Laser in situ keratomileusis (LASIK) for high myopia

Ruben Lim-Bon-Siong, MD, Felice Katrina C. Trio, MD

EXCIMER laser vision correction in the form of LASIK and PRK/LASEK has been proved to be highly effective and safe in the treatment of low to moderate myopia (less than –6 diopters [D]) and astigmatism. It is the most common refractive-surgery procedure done worldwide. However, the outcome of laser vision correction among those with high myopia (greater than –6D) may not be the same as in those with low to moderate myopia.



A 26-year-old, female, myopic patient unhappy with spectacle correction and contact lenses heard about LASIK and sought opinion regarding the probability of her achieving 20/20 vision. Her last refraction was –7.00 sphere –1.00 cylinder x 100 in the right eye (OD) and –9.00 sphere –0.50 cylinder x 90 in the left eye (OS). Best-corrected visual acuity (BCVA) was 20/20 OD and 20/20 OS. Her refraction has been stable for 5 years.



The patient has high myopia and is concerned about her chances of seeing 20/20 after undergoing laser vision correction. Among patients with high myopia, how effective is LASIK in achieving 20/20 vision?



An electronic literature search was performed using MEDLINE (PubMed). The following search terms were used: “Myopia,” “LASIK,” “laser in situ keratomileusis,” “technology assessment.” The search was further limited to the English language and human studies published from 1968 to April 2005. The search yielded 5 articles but only one was relevant to the clinical question.



Sugar A, Rapuano CJ, Culbertson WW, et al. Laser in situ keratomileusis for myopia and astigmatism: safety and efficacy. A Report by the American Academy of Ophthalmology. Ophthalmology 2002; 109:175-187.


The article is a systematic review on the safety and efficacy of LASIK for myopia. The authors performed an electronic search using Medline and Cochrane. The literatures were limited to the English language and to peer reviewed journals published from 1968 to May 2001. Search term used was LASIK or Laser in situ keratomileusis. The search yielded 729 articles; 160 were chosen for evaluation and 47 were finally included in the review. The articles were submitted to a panel of methodologists for review and were classified as follows:
• Level 1 (RCT): 7 articles
• Level 2 (Cohort and Case Control): 10 articles
• Level 3 (Case Series): 30 articles

Validity criteria
The article was valid based on the 4 validity criteria for systematic reviews (Table 1). A focused clinical question is essential in a systematic review, and should apply across a range of patients where an intervention will have similar impact. The focused question also serves as the inclusion criteria to avoid bias in the selection of studies. It also limits the scope of the search and helps readers decide if they share the same interest as the authors.1 As stated in the article, the focus of the authors’ assessment was to address the following questions: What is the efficacy (predictability, stability) of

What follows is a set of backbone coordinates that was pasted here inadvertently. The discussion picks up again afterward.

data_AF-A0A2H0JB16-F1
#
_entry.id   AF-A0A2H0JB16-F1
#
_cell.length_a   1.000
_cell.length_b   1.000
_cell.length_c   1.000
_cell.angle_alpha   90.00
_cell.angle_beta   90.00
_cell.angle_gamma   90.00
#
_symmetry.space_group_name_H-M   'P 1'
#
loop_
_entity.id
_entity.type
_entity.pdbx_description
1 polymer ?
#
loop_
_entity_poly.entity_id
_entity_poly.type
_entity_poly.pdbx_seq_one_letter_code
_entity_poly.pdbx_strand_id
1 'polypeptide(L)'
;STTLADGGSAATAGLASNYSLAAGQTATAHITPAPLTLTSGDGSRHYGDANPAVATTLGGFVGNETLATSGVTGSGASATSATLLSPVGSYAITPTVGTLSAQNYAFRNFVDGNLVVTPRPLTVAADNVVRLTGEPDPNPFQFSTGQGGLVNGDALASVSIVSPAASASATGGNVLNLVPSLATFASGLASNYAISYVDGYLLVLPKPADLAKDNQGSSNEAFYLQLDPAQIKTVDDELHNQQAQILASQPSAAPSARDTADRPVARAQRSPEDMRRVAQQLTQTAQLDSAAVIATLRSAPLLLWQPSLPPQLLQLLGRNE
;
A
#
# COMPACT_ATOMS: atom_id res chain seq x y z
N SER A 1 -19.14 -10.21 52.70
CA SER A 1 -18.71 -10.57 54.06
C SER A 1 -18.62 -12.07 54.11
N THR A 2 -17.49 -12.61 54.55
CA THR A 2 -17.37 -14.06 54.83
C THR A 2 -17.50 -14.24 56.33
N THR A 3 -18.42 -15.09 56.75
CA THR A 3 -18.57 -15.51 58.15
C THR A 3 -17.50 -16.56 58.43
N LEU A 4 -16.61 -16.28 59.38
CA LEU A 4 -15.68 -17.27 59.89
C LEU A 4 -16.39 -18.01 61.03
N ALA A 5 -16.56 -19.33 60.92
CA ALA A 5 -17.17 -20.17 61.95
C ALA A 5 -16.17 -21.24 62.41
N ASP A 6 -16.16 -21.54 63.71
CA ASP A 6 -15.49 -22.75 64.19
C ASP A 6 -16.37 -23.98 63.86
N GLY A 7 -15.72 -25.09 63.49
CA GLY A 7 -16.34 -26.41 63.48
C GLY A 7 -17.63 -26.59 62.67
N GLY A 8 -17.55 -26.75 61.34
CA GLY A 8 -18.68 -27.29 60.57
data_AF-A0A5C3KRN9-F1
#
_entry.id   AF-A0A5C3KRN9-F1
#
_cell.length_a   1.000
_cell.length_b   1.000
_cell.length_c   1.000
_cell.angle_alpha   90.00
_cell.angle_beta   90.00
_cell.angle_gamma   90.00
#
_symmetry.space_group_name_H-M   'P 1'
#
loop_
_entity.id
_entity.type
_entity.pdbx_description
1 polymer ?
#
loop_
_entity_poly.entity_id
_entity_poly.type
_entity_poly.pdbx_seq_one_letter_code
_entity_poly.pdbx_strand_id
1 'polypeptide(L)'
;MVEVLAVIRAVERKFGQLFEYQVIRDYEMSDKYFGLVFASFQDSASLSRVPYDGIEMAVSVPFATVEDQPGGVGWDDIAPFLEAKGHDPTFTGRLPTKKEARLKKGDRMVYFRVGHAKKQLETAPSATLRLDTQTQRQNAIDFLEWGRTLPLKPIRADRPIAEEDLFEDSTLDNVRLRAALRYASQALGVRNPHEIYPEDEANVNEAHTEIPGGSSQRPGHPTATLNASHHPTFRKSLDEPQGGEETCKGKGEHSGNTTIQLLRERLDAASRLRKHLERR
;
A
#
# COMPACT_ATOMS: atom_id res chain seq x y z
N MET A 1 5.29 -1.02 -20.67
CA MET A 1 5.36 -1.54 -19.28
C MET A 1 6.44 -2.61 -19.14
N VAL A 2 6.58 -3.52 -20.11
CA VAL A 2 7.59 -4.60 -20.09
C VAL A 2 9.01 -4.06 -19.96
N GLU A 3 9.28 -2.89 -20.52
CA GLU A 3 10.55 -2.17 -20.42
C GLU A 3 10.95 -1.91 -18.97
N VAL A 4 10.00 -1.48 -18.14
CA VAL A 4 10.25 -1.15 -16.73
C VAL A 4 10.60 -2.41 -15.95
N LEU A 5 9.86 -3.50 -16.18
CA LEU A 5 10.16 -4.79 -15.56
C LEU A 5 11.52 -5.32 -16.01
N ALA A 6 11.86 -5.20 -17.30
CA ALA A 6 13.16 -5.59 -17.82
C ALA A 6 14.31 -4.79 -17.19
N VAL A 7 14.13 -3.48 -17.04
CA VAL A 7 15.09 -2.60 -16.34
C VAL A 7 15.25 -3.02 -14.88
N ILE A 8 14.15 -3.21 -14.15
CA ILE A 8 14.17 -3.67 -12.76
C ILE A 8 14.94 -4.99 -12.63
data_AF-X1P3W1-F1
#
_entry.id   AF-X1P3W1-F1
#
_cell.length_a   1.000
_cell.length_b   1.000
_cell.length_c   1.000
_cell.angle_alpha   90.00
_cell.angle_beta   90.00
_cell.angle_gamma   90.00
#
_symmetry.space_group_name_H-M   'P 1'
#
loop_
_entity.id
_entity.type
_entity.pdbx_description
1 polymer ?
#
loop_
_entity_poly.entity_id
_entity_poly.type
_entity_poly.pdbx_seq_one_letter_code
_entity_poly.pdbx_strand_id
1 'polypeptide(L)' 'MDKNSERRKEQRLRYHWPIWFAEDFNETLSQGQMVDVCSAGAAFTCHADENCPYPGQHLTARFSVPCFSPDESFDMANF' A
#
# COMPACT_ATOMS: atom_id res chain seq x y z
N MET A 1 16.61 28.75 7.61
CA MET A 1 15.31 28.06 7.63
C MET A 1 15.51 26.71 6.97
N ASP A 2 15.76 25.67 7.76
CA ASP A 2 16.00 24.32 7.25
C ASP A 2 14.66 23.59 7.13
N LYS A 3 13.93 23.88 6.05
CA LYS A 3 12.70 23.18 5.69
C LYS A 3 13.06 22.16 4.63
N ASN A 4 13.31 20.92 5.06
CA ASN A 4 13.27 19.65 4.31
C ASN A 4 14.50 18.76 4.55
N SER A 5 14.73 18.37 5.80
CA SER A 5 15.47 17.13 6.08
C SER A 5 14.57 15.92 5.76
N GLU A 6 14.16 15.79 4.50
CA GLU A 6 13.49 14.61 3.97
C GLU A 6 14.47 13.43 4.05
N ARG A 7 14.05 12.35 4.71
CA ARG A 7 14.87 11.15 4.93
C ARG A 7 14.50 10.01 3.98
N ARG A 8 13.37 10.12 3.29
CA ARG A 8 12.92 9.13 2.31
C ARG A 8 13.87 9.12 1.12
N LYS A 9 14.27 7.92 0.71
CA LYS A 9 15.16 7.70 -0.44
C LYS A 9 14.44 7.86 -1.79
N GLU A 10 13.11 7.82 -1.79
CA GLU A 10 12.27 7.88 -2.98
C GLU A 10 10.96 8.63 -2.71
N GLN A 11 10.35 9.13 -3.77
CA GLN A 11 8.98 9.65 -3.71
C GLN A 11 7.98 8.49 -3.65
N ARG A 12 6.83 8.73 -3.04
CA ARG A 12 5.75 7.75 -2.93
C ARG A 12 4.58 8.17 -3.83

LASIK for myopia and astigmatism? What are the complications of LASIK? The clinical question is sensible because it fulfills the components of a good clinical question, namely: population (patients with myopia and astigmatism), intervention (LASIK), outcome (efficacy and complications). The search included all published articles in the peerreviewed literature but was limited to those in the English language. Although some relevant studies could have been missed, it is unlikely that major studies were not included
since these studies are usually published in English language publications. All the selected studies were reviewed and assessed by a Panel of Methodologists and each paper was rated. Level I rating was assigned to properly conducted, well-designed randomized clinical trials; Level II to well-designed cohort and case-control studies; and Level III to case series. In this systematic review, only 7 papers merited a rating of Level I.


The systematic review was done for the purpose of an ophthalmic technology assessment of LASIK for myopia
and astigmatism. As such, it covered the entire range from low to moderate to high myopia. Table 2 is a summary of results from different studies relevant to the clinical question and included in the systematic review. The studies by Hersh and Steinert were randomized controlled trials with at least 6 months of follow-up comparing LASIK with PRK in the treatment of moderate to high myopia and astigmatism. Visual acuity of 20/20 was achieved after LASIK in 26% and 36% of eyes, respectively. The studies by Casebe and Perez-Santonja, both level II studies, did not provide any data on the percentage of patients who achieved 20/20 vision. The case series by McDonald has the most number of patients with 20/20 post LASIK vision; however, the range of myopia was from –1 to –11 diopters. The articles by Kawesch and Reviglio concentrated on very high myopia, which are beyond the range of the myopia described in the case scenario.